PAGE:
Happy New Year!

Winter Term 2010

Welcome back to the new term. It is during the first part of this term that Oak Hill teachers prepare your child’s first report of the year and reassess the objectives we have set for each individual. It is an exciting time for us, as we step back from the day-to-day work and take an objective look at how much progress each of our students has made this year. We never fail to be amazed, not only by the academic progress, but also by how hard-working, happy and confident our children have become. As teachers, we feel very fortunate to be working in a setting where we can truly make a difference to the lives of our students.


Monday 11th January
The Winter Term begins. We are very pleased to have Isabella Niessan as a new student in the afternoon programme. Isabella is a Year Six La Chât student, who loves rabbits and horses – and Niamh and Laura are delighted to have her in the group. We also extend our welcome to her family as they join the Oak Hill community.

Saturday 23rd January
The parents’ support group ASK (All Special Kids) hosted a lecture at Webster University, entitled,
‘School-based Assessment and Intervention for Children and Adolescents with ADHD . Effects on School Functioning of Children with ADHD.’ This lecture was presented by Professor George DuPaul of Lehigh University College of Education. Sue Elliott attended this lecture and found it to be very interesting and useful to our work at Oak Hill. Sue also enjoyed networking with other professionals who are working with students with learning difficulties.

Thursday 28th January
Teresa Nunn and Hilary Taylor, both learning Support Specialists from La Grande Boissière Middle School, came to spend the morning with us. Teresa attended Oak Hill School Official Opening back in December 2006 and has been a strong supporter of the Oak Hill Programme ever since. Following their observation of reading, written language and maths lessons, a very useful exchange of information took place,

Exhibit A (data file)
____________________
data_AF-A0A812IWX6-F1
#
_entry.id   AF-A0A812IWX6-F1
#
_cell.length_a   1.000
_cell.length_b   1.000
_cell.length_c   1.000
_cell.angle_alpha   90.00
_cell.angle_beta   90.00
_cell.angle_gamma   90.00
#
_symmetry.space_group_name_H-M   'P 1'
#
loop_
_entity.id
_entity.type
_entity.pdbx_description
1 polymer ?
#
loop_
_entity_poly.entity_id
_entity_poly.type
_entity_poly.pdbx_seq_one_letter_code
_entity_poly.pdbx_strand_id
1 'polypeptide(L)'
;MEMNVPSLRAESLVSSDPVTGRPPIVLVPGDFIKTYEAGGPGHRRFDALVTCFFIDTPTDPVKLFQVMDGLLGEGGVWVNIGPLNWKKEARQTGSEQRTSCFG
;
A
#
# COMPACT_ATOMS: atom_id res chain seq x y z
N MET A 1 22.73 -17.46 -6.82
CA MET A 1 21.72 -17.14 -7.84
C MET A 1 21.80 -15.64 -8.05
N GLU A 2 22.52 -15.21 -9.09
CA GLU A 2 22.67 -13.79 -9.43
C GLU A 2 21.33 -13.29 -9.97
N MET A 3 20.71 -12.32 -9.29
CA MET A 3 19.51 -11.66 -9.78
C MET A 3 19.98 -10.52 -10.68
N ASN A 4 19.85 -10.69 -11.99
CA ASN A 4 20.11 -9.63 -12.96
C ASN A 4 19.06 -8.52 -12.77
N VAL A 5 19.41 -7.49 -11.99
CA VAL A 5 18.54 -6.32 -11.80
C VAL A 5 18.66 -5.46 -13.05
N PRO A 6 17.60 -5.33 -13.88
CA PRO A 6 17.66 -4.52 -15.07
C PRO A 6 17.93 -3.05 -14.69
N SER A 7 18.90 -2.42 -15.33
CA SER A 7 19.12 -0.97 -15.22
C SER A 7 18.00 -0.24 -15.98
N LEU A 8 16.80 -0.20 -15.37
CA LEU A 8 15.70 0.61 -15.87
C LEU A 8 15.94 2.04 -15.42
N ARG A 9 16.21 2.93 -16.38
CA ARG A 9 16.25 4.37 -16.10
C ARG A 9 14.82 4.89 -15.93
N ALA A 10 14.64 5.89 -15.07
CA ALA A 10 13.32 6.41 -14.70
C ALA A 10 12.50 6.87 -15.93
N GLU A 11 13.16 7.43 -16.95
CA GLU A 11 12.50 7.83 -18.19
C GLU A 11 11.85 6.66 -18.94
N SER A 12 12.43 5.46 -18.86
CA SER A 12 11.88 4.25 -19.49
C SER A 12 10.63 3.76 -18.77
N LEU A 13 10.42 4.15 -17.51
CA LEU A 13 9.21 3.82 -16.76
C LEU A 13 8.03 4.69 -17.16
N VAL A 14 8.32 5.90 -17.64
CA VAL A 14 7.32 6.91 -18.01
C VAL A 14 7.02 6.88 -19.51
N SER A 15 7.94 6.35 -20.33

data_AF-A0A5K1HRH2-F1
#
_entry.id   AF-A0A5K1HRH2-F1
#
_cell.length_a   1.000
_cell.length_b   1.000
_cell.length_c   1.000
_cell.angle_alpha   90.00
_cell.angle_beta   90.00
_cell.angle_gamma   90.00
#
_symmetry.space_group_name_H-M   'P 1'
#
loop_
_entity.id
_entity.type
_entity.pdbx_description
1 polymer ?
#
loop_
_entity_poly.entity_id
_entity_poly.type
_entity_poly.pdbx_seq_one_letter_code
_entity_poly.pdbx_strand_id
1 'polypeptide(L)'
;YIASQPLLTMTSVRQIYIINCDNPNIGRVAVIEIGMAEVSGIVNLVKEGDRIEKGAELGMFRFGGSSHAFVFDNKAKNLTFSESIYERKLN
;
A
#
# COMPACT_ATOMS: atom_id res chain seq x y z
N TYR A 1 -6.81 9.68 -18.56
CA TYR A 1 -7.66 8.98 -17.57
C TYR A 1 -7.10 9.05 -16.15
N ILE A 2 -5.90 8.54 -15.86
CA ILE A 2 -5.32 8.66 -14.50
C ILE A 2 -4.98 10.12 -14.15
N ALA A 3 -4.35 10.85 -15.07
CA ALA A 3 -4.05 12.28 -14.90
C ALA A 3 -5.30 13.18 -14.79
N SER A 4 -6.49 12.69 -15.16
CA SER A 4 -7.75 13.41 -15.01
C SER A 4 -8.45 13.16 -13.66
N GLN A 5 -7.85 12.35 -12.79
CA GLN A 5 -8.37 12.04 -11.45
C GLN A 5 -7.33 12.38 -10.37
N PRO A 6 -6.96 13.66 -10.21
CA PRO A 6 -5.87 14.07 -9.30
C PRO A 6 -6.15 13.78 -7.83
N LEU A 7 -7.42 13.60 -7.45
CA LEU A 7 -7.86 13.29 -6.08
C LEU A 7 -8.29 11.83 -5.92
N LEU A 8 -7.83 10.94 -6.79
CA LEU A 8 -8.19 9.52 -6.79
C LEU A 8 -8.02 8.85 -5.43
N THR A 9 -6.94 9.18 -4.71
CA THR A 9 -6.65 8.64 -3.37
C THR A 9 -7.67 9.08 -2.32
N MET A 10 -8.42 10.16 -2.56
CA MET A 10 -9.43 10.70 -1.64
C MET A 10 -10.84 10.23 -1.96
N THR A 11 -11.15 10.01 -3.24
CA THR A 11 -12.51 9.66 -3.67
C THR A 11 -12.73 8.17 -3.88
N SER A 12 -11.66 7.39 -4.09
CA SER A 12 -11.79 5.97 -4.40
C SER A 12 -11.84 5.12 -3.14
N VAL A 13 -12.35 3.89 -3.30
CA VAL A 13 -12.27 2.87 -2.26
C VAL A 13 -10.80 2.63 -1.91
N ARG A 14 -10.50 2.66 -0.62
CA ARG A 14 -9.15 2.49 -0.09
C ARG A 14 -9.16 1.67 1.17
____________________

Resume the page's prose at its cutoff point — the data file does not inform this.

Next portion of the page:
Friday 19th February
Half-Year Reports and Objectives are completed and sent to parents.

Monday 23rd – Friday 27th February Half Term

Monday 15th March
Josiane Habegger and Maryléne Garnier visited us for the morning. These two teachers are planning to set up a French-speaking school, Les Dix Atoûts, in Neûchatel for children with learning difficulties. They were on a fact-finding mission and went away with lots of ideas which they hope to implement in their new school.

Tuesday 16th March
Three visitors from Collège du Léman came to observe Oak Hill lessons. They were the newly appointed Primary Principal, Pauline Noord and teachers Evelyn van Zoonen and Harriet Rowlandson. They thoroughly enjoyed their morning – especially watching ‘their’ students working in a different setting!

Wednesday 17th & Thursday 18th March
Parent Conferences. Held twice a year, Parent Conferences provide an opportunity for parents to discuss their child’s progress and view their work.

Thursday 25th March – End of Winter Term

Friday 26th March
Pedagogical Day

Last year Oak Hill purchased the Conference Set of lectures of the 2008 International Dyslexia Association Conference in Seattle, Washington. For our first Professional Development Day this year, we decided it would be valuable to continue listening to some of the lectures by professionals who are top of their fields. In all, we listened to four presentations, two of which were especially worthwhile.
The first of these was from the Symposium on Written Expression, presented by Steven Graham, Ed.D., Professor and Currey Ingram Chair in Special Education, Vanderbilt University. Professor Graham discussed research on a variety of writing instructional methods and teaching techniques for improving students’ writing skills.
The second lecture, which we all felt had considerable implications for us as teachers striving for the very best practice, was by Jean Osman, M.A. Executive Director (retired) Dyslexia Institute of Minnesota. This presentation was an over-view of verbal-auditory processing problems, which create significant interference in students’ lives, especially when misunderstood.
By the end of the day, we felt that, as teachers, we had all ‘developed professionally’! Not only that, but that our ideas and thoughts about the children we teach had evolved and been enriched.